Parisian Potatoes may sound elegant but they’re just everyday potatoes shaped with a dollar store melon baller. It’s a simple trick that transforms ho-hum potatoes into a dressy side-dish for steak, roast chicken or pork. The potatoes can be sautéed in any sort of fat but duck fat transcends all others. When you shape potatoes [...]Read More
When I tell friends I’m making duck confit they look at me suspiciously, like maybe I skin rabbits or have a gutted deer hanging in my garage. Duck may sound exotic but the only hunting involved is rooting through the freezer section of your local grocer. Where there’s frozen turkey, there’s often duck. Duck confit [...]Read More
You know your soup is good when you’re enjoying it cold from the refrigerator in the Tupperware container you stored it in. It’s even better served warm. Carrot soup is pretty tame, some might say boring, until it’s cheered up with freshly grated spicy ginger, freshly squeezed orange juice and acidic tomatoes. Now, that’s a [...]Read More
Nothing says holiday like a sugar-dusted cookie filled with jam. Linzer Torte cookies are scrumptious and gorgeous in equal measures. Made of toasted ground almonds, sweet butter and a whisper of lemon zest, these dainty cookies sandwich a filling of raspberry preserves. An adaptation of Austria’s classic Linzer Torte, these cookies are one of the [...]Read More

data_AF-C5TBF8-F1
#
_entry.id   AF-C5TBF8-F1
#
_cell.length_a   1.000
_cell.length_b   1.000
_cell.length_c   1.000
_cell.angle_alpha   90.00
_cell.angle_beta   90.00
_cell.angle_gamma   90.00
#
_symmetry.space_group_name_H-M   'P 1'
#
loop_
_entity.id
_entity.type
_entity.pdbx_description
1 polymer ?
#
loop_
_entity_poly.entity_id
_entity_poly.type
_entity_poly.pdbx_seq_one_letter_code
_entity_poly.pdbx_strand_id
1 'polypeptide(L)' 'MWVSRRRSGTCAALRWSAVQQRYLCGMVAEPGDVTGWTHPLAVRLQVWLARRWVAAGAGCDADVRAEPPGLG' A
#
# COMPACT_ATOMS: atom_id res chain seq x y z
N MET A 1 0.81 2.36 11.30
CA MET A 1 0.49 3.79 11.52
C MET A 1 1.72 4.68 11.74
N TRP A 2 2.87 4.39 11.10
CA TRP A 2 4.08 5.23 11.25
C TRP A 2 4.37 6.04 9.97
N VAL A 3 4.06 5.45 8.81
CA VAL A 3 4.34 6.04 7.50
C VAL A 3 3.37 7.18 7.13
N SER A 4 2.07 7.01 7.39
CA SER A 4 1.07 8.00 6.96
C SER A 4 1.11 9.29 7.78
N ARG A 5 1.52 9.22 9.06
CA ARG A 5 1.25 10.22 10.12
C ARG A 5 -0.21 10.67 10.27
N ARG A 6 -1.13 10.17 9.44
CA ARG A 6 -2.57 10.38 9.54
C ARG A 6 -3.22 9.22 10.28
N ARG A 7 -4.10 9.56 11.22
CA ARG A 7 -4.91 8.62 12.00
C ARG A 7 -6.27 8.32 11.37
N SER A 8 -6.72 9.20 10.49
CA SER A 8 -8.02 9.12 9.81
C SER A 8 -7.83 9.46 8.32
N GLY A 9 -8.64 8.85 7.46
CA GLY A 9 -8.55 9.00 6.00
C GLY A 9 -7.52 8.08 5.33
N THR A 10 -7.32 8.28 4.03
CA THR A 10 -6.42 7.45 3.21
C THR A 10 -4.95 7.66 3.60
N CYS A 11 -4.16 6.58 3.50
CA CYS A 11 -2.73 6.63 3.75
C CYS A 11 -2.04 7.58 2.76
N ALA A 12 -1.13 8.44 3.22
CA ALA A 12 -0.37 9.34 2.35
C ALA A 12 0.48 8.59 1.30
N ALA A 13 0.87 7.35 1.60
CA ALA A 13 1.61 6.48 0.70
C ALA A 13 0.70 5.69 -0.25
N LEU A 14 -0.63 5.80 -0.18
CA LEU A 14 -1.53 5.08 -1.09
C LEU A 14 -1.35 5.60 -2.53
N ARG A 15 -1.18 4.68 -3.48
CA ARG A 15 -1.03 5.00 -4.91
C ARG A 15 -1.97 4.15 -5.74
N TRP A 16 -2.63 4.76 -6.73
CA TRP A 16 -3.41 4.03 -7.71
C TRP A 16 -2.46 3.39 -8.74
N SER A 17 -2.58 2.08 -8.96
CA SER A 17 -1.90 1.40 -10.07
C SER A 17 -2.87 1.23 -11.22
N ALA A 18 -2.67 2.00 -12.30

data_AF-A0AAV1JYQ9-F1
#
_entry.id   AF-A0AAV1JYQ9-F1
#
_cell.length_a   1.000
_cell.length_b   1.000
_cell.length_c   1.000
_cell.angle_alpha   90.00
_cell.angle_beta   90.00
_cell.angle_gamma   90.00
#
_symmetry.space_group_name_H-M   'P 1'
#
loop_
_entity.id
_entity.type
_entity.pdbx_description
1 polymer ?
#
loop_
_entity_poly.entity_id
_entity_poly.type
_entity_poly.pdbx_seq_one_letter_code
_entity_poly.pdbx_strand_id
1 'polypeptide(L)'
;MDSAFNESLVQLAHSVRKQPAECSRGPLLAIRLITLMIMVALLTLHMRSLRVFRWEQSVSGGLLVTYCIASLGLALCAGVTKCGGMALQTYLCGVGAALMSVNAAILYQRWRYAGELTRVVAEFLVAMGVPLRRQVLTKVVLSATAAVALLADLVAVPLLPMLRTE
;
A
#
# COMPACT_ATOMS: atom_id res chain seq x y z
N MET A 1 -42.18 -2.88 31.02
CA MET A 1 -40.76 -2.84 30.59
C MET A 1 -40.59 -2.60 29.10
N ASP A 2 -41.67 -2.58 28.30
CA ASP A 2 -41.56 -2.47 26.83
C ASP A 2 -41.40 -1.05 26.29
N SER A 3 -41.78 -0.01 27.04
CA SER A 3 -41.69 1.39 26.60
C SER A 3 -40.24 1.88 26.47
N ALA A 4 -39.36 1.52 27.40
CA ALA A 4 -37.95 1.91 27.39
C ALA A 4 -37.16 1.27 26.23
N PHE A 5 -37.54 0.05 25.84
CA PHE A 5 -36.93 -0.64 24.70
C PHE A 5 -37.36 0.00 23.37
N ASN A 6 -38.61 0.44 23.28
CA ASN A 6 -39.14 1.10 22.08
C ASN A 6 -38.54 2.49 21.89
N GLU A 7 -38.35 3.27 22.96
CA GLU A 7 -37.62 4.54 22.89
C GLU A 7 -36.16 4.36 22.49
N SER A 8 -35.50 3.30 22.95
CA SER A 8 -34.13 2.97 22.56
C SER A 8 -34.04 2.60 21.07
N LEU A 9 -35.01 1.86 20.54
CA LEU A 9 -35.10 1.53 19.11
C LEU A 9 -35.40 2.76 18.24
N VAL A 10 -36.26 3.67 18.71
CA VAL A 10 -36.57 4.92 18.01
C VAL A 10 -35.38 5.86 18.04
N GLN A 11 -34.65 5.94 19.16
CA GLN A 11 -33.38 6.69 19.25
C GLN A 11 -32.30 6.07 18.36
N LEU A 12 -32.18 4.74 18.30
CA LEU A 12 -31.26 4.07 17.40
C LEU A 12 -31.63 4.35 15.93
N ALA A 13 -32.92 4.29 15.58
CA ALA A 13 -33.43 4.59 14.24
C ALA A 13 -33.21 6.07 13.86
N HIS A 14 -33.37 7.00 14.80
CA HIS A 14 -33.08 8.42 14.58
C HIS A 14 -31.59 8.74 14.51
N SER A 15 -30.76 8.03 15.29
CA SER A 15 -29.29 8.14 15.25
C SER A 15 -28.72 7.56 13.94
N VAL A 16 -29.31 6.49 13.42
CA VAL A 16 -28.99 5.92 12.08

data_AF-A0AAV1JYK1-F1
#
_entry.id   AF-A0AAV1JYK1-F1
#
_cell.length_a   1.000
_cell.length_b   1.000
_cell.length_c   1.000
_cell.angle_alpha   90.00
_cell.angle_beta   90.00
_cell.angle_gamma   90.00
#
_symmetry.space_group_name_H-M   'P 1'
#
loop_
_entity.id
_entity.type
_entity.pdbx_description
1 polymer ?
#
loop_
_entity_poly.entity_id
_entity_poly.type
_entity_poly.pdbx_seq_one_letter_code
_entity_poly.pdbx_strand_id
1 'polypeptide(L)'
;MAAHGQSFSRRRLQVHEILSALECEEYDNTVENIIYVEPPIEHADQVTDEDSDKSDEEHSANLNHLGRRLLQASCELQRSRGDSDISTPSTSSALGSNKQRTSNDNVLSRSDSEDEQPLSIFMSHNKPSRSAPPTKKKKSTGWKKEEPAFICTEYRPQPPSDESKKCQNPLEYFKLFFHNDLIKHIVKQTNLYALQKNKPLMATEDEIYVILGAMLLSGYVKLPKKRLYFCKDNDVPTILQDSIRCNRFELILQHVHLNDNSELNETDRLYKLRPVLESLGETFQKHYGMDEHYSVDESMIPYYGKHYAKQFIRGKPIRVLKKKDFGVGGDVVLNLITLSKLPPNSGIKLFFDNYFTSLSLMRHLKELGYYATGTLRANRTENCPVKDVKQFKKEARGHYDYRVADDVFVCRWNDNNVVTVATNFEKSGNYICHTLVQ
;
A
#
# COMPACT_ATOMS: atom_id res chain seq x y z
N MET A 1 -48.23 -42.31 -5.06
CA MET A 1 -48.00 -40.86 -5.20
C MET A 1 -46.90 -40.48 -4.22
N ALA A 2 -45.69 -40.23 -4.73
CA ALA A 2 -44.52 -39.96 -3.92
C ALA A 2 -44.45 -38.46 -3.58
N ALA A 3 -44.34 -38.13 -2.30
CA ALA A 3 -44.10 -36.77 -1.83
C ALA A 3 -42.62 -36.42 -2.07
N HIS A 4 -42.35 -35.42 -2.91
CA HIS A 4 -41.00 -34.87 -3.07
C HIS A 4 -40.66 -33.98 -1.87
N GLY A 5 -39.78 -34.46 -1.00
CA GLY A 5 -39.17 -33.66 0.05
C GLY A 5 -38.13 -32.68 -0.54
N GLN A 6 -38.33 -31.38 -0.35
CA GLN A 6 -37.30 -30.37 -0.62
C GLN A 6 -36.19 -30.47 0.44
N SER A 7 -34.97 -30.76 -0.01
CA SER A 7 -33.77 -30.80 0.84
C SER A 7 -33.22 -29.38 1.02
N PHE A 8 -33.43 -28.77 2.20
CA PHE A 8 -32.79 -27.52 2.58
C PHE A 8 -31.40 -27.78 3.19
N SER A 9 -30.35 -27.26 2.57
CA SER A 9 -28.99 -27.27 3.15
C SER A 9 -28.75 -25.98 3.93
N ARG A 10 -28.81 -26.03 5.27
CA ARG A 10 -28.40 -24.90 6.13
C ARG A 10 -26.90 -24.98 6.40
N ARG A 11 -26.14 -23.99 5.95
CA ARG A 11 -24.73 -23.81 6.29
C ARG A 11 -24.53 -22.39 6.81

These crescent shaped pastries are one of my favourite holiday treats. The dough comes together beautifully, they’re fun to make and absolutely addictive. With a ratio of one part butter, one part cream cheese, it’s no wonder Rugelach are habit-forming. The trick to working with buttery dough is to keep it well chilled. Once it [...]Read More
If you enjoy the delicate crunch of meringue and the creamy texture of a chocolate ganache, you’ll love these sweet bite-sized morsels. The meringue is made by warming egg whites and sugar before they are whipped. This technique, called Swiss meringue, offers better stability than a standard cold whipped meringue. The addition of coco powder [...]Read More
The first time I made toffee, it turned out beautifully: a crisp sheet of caramel-coloured ice that snapped into shards of buttery bliss. The second time I made toffee, it crumbled in my hands. The third time, it turned a grainy mess; the forth, it wouldn’t firm …. I’ve had my issues with toffee. Fortunately, [...]Read More
A message to the reluctant cook,
Sometimes you’ll scorch the rice, burn the sugar or overwork the dough. You might under-cook, over-salt or overcrowd the pan.
I’ve made all these mistakes and plenty more.
But with every blunder, a new lesson unfolds. Knowing what NOT to do is as important as knowing what to do. If your cooking history is, um, colourful, consider yourself ahead of the curve.
With practice, you’ll learn to trust your senses:
Touch your food. You’ll feel when the dough is ready or when the meat is perfectly cooked.
Smell your food. Your nose knows if the fish is fresh or funky — or when the garlic’s about to burn.
Listen to the sizzle and the sputter. It’s telling you if your pan’s the right (or wrong) temperature.
Watch your food. It’s always perfect — just before it burns.
Taste as you cook. You’ll know if the soup needs a pinch of salt or a squeeze of lemon.
Most importantly, relax and enjoy the pleasures of the kitchen. And have a glass of wine while you’re at it.
Just don’t toss in the apron!